Abortion ban bill is a dangerous attack on women of color

Once again, anti-abortion politicians are attacking abortion rights for women of color through the so-called Prenatal Discrimination Act or PRENDA.

This new legislation, as with similar legislation introduced in 2008, 2009, 2011 and 2013, is a blatant attempt to limit abortion access and is an affront to Black and Asian women. Since it was first proposed in 2008, it has served as a blueprint for states to introduce “race and sex selection” abortion bans. As of March 2016, eight states ban abortion for reasons of sex selection, one state prohibits abortion for reasons of race, and one state prohibits abortion when the fetus may have a genetic anomaly. All of these bans share common purpose and impact: to block those who need it from getting abortion care.

{mosads}The current federal bill purports to address racial and gender discrimination, but its real purpose is to chip away at abortion rights. The bill is especially punishing because of the precedent it would set. As it stands, federal law does not judge or interfere based on a woman’s reasons (real or perceived) for choosing abortion care. And it shouldn’t. No one besides a woman, her doctor, and her family know the unique circumstances of her life.

Politicians are not in a woman’s shoes. The truth is that a majority of Americans believe that a woman knows what is best for her and her family. Additionally, Black Americans trust Black women to make the important personal decisions that are best for themselves and their families when it comes to abortion.

Rather than supporting racial and gender equality, this bill decreases quality care for Black and Asian women by interfering with the relationship between doctors and their patients. Open, honest communication with one’s medical provider is critical to quality care.  This ban interferes with that trust. If this bill passes, doctors will be forced to act as police interrogators in the exam room. No woman should ever be scrutinized based on her racial and ethnic background, but this is exactly what these bans encourage.

This legislation perpetuates hurtful racial stereotypes about Black women. The implication is that Black women are incapable of making “right” and “sound moral” decisions about their reproductive health. The inference of this and similarly written legislation is an affront to the many Black women, including Black women of faith, who choose and support access to safe and legal abortion as a necessary health care option for all women.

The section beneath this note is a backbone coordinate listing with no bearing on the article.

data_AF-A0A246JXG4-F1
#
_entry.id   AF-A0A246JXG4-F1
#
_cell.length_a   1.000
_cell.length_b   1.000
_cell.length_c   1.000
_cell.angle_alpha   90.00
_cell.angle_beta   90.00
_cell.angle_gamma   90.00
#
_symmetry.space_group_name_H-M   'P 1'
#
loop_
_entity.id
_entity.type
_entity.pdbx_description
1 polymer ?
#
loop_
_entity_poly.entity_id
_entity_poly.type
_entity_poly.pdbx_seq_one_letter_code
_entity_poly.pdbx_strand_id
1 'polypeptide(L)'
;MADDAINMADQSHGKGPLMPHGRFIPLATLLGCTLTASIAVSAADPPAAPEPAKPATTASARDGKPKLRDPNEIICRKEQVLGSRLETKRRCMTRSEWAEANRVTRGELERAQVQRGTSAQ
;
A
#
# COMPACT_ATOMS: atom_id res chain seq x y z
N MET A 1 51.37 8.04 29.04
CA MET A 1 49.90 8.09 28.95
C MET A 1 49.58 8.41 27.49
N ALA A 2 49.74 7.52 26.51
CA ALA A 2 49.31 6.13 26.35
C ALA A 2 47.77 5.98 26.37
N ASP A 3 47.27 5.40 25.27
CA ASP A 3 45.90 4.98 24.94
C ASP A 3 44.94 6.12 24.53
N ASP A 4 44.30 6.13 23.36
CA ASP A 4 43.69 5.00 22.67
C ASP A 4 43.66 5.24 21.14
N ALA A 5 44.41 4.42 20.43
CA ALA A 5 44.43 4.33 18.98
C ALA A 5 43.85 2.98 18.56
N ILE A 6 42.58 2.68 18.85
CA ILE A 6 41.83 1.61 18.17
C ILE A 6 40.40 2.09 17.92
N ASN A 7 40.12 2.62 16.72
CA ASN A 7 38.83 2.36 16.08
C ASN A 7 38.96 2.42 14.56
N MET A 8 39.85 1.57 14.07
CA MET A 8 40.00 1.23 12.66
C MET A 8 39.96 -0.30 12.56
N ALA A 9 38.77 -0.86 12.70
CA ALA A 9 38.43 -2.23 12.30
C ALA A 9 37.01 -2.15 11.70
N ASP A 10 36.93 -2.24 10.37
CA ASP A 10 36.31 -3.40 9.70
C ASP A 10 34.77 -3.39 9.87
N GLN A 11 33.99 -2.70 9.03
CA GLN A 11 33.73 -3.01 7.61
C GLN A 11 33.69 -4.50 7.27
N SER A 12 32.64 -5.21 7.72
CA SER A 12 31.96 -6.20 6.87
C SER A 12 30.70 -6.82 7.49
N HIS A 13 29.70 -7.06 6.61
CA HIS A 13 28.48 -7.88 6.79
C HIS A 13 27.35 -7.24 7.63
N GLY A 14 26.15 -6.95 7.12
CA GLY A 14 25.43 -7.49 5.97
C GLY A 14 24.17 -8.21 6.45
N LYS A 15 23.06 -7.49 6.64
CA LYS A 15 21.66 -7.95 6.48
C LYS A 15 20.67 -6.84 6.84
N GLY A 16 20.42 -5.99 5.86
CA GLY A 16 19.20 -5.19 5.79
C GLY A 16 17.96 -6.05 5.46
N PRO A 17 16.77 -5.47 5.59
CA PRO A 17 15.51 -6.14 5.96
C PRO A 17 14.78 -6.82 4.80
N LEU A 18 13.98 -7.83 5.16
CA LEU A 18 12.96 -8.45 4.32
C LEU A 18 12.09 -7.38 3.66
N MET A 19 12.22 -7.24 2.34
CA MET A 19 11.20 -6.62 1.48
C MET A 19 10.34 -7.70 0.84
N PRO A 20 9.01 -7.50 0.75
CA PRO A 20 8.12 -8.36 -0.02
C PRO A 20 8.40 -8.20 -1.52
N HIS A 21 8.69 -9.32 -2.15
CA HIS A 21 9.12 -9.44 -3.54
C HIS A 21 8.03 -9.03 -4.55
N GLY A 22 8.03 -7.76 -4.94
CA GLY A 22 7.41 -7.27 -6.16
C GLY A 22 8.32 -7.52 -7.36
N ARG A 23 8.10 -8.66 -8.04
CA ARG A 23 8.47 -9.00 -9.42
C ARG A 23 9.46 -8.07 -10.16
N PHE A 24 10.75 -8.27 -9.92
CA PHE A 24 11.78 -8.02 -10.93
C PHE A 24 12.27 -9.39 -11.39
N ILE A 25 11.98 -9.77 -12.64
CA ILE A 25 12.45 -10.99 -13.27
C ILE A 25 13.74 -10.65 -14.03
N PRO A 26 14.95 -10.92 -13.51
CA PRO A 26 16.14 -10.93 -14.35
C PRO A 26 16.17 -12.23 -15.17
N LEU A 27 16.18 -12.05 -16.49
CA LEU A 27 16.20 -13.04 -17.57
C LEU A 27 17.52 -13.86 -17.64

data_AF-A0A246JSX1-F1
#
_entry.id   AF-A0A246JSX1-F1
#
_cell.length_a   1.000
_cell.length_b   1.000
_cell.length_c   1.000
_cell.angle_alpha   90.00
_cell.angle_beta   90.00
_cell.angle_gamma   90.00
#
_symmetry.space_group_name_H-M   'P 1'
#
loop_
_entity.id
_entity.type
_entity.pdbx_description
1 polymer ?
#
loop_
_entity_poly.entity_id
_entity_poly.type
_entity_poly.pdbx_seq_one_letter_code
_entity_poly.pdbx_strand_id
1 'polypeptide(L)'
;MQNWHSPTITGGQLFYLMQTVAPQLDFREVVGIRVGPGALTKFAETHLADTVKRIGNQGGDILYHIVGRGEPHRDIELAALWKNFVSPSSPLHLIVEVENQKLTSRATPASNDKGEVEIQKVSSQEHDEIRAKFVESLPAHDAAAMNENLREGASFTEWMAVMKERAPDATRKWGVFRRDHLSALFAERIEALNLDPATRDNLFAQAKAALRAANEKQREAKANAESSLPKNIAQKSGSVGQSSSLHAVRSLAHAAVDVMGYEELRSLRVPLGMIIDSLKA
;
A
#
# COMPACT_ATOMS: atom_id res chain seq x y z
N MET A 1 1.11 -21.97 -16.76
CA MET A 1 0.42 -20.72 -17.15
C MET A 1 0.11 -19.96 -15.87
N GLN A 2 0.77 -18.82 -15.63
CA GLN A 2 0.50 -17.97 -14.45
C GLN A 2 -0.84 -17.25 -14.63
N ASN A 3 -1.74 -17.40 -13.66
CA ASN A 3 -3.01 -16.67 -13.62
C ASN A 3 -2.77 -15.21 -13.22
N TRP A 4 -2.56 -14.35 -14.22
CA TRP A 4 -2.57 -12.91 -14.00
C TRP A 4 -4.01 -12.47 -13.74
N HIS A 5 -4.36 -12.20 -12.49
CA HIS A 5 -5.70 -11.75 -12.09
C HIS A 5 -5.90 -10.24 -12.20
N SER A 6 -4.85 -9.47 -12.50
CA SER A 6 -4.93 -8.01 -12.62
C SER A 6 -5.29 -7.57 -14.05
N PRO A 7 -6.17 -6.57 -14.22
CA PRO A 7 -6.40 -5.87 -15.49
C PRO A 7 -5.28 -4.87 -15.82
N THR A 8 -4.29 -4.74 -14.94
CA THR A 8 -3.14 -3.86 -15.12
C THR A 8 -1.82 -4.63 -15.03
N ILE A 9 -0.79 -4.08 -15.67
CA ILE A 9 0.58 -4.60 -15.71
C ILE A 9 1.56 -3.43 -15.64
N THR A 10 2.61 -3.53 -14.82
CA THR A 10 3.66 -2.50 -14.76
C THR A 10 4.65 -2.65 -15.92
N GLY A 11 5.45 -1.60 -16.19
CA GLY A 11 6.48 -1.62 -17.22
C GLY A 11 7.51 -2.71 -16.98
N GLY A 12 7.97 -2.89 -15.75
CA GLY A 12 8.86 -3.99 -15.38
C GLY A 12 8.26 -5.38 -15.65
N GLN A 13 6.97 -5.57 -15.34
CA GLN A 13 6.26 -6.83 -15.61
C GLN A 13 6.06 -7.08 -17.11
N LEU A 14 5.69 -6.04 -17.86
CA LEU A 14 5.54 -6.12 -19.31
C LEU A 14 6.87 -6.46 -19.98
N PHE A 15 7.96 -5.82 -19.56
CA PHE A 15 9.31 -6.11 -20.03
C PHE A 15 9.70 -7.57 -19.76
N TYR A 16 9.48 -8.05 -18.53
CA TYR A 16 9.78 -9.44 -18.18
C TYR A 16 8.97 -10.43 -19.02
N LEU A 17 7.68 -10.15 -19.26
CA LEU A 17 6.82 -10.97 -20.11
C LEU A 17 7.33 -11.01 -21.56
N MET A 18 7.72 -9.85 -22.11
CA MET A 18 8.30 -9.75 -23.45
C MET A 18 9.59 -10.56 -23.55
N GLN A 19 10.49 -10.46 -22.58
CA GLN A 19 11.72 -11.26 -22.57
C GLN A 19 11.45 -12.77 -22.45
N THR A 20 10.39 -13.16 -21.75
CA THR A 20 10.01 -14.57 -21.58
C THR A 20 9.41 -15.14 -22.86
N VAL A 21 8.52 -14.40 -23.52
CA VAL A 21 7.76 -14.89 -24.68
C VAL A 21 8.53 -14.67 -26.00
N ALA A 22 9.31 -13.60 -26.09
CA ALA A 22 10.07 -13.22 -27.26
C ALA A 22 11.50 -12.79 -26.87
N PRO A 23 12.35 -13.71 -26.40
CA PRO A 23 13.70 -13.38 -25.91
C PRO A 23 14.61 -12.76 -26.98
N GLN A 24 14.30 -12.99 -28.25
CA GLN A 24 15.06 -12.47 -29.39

Similarly, the bill perpetuates the offensive stereotype that Asian American families do not value the lives of their girl children. While sex selection is an issue abroad, the U.S. is not China or India. In the U.S., researchers have found that this is not a widespread problem and in fact, Asian Americans are actually having more girls on average than white Americans.

Women of color already face difficulties accessing healthcare and experience poorer health outcomes than their white counterparts. Black women are more likely to die from preventable pregnancy-related causes than white women, and their unintended pregnancy rate is higher than any other ethnic or racial group.

Vietnamese women are five times more likely to die from cervical cancer than white women. High levels of poverty prevent Black and Asian American women from accessing healthcare every day. Unfortunately, PRENDA would make healthcare outcomes for women of color even worse.
Making abortion harder to get exacerbates racial disparities in healthcare. In short, you cannot give women rights by taking away our rights. Instead of combating racial and gender discrimination, PRENDA is nothing more than an attempt to limit abortion access for women of color. Under the guise of promoting equity, this bill perpetuates stereotypes about women of color and undermines our constitutional rights.

We believe that PRENDA is dangerous to the reproductive health and wellbeing of women of color. We expect Members of Congress to fight against such legislation and work to make our lives better – not worse.

Howell is the executive director of In Our Own Voice: National Black Women’s Reproductive Justice Agenda. Yeung is the executive director of the National Asian Pacific American Women’s Forum   

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